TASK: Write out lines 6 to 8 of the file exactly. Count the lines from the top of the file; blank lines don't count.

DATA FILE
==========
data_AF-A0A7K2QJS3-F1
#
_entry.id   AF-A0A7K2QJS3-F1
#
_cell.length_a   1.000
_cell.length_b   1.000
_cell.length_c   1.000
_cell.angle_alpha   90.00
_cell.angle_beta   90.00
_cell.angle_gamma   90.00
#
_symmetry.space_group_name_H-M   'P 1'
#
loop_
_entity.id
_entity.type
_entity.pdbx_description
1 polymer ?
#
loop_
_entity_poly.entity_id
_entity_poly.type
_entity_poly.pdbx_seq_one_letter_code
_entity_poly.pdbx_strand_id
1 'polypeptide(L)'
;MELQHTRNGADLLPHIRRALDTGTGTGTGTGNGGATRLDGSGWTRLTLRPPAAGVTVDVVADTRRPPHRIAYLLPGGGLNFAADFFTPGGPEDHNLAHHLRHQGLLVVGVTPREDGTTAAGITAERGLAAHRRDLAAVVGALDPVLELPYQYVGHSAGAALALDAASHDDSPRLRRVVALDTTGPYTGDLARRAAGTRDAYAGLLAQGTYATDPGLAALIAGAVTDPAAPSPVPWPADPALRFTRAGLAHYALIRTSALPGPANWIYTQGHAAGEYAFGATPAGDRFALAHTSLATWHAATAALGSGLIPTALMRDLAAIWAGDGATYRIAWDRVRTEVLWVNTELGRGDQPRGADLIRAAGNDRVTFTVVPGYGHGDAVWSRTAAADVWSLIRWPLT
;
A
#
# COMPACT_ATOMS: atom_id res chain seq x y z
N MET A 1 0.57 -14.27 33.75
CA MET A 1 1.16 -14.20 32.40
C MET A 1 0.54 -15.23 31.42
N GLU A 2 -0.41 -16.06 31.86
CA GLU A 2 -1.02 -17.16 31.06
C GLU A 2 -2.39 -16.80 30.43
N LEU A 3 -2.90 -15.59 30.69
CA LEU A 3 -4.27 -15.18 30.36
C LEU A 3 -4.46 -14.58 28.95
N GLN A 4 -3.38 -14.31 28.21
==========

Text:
_cell.length_b   1.000
_cell.length_c   1.000
_cell.angle_alpha   90.00